At the agency I work for, we recently put all ~1,100 of our sites behind a CDN. It seems to be working. Unfortunately, I have no idea why or how we did this. Therefore, in the first part of this article, I force our CTO, Joshua Lynch, to explain the process to me. This has the unintended consequence of Josh suggesting I try this on my own website, a process I’ll narrate for the second half of the article.
I learned three surprising things:
- In our case, the biggest benefit to being behind a CDN is actually not performance or security, but rather the “DNS abstraction layer”, a concept I’ll explain below.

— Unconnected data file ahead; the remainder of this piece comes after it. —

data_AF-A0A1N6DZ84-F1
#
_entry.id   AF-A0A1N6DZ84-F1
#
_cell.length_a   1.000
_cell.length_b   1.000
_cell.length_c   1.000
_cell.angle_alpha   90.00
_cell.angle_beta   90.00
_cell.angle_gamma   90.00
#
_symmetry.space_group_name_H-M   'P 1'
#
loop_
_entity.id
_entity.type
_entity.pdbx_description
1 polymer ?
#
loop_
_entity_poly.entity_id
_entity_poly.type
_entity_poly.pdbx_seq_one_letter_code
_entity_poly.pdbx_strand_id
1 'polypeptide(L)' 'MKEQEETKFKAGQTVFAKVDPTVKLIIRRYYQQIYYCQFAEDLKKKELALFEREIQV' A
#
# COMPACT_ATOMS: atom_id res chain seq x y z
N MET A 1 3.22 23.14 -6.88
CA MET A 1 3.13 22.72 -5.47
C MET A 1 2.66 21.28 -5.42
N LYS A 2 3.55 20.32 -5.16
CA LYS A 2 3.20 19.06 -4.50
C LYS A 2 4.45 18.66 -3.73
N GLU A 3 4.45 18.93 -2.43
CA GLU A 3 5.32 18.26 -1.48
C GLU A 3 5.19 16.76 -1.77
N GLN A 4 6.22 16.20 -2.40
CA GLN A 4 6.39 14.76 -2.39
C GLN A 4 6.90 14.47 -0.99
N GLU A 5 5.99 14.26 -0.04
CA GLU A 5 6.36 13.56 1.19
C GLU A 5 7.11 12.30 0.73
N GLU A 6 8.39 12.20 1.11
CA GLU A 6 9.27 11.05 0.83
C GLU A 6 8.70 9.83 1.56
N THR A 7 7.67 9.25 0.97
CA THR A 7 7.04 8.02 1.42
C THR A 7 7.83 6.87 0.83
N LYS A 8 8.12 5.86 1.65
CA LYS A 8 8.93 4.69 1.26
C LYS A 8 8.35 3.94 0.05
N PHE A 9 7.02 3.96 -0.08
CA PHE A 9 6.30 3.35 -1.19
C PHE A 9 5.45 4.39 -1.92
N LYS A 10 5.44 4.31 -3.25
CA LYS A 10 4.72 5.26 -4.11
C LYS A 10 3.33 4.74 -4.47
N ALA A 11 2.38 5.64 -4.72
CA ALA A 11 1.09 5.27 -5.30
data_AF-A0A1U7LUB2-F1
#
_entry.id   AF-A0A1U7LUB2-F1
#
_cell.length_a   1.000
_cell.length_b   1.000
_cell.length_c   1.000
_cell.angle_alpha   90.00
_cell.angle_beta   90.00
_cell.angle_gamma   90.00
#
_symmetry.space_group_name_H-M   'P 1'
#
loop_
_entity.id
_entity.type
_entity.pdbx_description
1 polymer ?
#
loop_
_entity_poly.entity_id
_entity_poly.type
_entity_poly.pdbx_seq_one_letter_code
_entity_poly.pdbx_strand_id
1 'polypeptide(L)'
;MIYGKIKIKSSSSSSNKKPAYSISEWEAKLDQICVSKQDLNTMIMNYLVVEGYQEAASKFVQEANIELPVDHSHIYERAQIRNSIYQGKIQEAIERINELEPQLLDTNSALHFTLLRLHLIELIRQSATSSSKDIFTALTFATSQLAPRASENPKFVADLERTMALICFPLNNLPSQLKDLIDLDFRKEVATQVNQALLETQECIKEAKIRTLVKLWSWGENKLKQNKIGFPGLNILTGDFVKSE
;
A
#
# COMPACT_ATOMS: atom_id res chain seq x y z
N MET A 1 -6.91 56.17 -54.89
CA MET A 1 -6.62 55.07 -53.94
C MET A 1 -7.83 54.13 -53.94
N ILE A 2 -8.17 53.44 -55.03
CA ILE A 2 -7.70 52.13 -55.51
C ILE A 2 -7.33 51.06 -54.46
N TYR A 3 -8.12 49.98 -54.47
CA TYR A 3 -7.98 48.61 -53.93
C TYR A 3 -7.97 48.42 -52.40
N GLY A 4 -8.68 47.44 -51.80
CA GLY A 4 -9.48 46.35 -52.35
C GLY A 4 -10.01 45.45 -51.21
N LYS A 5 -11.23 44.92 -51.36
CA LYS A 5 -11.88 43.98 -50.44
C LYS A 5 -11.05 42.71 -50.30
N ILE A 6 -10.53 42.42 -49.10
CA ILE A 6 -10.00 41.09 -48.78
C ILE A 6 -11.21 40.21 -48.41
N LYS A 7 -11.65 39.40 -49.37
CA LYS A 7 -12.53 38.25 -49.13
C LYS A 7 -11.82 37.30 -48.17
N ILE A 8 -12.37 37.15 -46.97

- Moving to a CDN was a difficult process for us, but only because we have a high domain-to-staff ratio. For a single site, it would be a breeze.
- There are no worries about media files 404’ing; no urls need to change. In other words, the common concern about missing post-content images and such is not an issue for us.
Surprised? I was. Without further ado, Josh explains it all.
What was the